The beauty of the place was very moving. A visitor has to walk the trail to fully appreciate the sculpted textures and the colors of the rock. Blue Mesa is a place of stark, haunting beauty and solitude.
These next 3 pics are from the overlook area accessible by car. Located near the center of Petrified Forest National Park, this area is clearly north of the transition zone from petrified wood outcroppings to painted desert and badlands. (This is a working post so to speak and it is long but comprehensive. Readers preferring only a small number of images may want to opt out at this point.)
Colorful bands are clearly seen in the sedimentary rock layers.
Another nearby view.
Earlier on the paved park road, we saw this other overlook.
An informational plaque.
A closer view of the area we will shortly hike in.
At the trailhead adjacent to a parking area, we see this.
Starting down the paved trail.
This photo is of the rear or far side of the badlands. We will not see this side again on our hike.
Here, I was swooning with anticipation as the paved trail took us into this magical, fantastic area.
Another view likely more palatable to readers.
Further along the trail, we see this vista.
Panning the camera to our right, we see more of the colors in rock strata.
Badlands in the distance with broken up rock fragments in the foreground.
There is quite a range of colors and hues or shades in this scene.
We include this shot to show that the trail (at bottom, in foreground). although paved, was rather steep getting down to the floor of this area of badlands.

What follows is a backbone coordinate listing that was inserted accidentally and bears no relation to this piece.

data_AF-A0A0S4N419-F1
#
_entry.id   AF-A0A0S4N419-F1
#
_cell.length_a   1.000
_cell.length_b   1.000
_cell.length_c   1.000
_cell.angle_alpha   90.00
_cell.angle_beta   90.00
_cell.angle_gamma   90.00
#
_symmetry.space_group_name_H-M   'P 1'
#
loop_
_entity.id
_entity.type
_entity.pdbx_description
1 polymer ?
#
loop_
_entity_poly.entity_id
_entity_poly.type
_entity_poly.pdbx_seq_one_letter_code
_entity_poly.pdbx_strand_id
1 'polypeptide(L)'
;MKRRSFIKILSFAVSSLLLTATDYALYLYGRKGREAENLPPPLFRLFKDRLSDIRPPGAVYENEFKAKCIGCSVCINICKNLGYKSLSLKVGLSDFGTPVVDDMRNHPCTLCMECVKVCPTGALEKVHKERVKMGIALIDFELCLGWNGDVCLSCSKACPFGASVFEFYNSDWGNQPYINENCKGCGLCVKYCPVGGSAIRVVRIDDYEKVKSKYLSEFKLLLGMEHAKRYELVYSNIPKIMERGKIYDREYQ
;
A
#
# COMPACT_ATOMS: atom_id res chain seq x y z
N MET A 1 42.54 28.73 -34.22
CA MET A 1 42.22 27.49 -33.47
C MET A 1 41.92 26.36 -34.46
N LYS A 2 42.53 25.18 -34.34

Looking to our right and in a generally north or northeast direction we see these formations.
A look behind us shows this outcropping of rock.
Another informational plaque on the trail.
Another view of this multicolored, textured rock.
A close-up shot.
Looking down at the base of these badlands.
One can imagine this looks like a waterfall in stone. Incredible textures are just feet from the trail.
Another view of the desiccated and textured rock. Reminds one of gaseous bubbles rising in a liquid.
Textures, colors and strange shapes and contours are seen here.
More textured rock.
An excellent example of both texture and colors. Blue Mesa actually has much purple or violet to it.
Carved by natural processes, these formations are surreal in a sense.
Another view in the mid afternoon sunlight (24 September 2017).
Nearby is this badland butte.
Seen from the trail, here is another colorful rock formation.
Another plaque with relevant information.
Here, we are looking back the way we came. Badlands lie on each side of the trail.
A rugged landscape with stark beauty.
The paved walking trail winds through the badlands.
A badland butte with a definitive boundary between colors.
A close up shot of the texture of the rock surface.
Further away now.
The base of the rock almost touches the trail.
Now, walking back up the trail, we see this series of badlands.
Zooming in now for a closer look at the colors.
Up close to the rock sides of this badland. Texture and color and blue sky above.
Right at the edge of the trail, we have this piece of the badlands.
Here there is a play of light and shadow in this close up look.
Moving the camera upwards yields this view.
We are back at the area we saw earlier (above).
There is a manmade retaining wall along the trail not far from the trailhead.
We see texture here, but it appears as though the rock may be a conglomeration of smaller stones or rock fragments.
Backing away for a larger view.
In this harsh land and arid environment, there is plant and animal life which struggles to survive.
This is the far or rear side of these badlands not seen from the walking trail. We were able to see this only by looking away from the trail at the highest point of the trail near the trailhead parking area.
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